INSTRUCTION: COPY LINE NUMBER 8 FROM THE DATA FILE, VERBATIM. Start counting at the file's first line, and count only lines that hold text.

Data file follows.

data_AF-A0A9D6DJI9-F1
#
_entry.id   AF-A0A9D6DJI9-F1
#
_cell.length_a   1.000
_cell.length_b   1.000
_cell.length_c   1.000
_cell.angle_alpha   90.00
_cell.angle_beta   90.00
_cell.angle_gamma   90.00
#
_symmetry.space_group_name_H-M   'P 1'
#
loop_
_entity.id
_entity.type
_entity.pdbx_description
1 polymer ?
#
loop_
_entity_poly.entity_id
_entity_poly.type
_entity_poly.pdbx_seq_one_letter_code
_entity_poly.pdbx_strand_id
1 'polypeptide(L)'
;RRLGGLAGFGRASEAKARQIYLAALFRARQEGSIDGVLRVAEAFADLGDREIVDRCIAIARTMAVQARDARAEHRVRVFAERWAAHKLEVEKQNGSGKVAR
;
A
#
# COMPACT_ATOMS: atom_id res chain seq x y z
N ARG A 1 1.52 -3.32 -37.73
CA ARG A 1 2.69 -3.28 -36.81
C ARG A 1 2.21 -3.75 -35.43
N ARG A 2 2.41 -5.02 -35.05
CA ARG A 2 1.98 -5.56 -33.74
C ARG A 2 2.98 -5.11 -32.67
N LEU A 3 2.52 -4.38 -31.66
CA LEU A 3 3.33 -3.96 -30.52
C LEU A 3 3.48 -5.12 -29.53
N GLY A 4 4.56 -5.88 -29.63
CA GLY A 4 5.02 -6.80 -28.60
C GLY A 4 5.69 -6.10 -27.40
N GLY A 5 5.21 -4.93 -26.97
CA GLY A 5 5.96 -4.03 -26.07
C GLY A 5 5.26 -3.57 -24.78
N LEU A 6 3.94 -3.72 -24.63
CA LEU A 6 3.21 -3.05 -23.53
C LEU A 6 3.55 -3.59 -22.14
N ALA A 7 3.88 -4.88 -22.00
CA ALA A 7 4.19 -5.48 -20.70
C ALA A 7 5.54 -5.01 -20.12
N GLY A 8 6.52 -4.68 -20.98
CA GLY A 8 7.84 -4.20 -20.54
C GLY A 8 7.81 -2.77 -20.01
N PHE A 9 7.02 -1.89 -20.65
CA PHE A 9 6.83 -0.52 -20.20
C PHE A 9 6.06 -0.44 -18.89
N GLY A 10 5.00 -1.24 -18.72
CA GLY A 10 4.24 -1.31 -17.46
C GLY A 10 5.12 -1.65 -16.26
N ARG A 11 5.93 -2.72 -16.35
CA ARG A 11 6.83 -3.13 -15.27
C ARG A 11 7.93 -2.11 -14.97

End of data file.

_cell.angle_alpha   90.00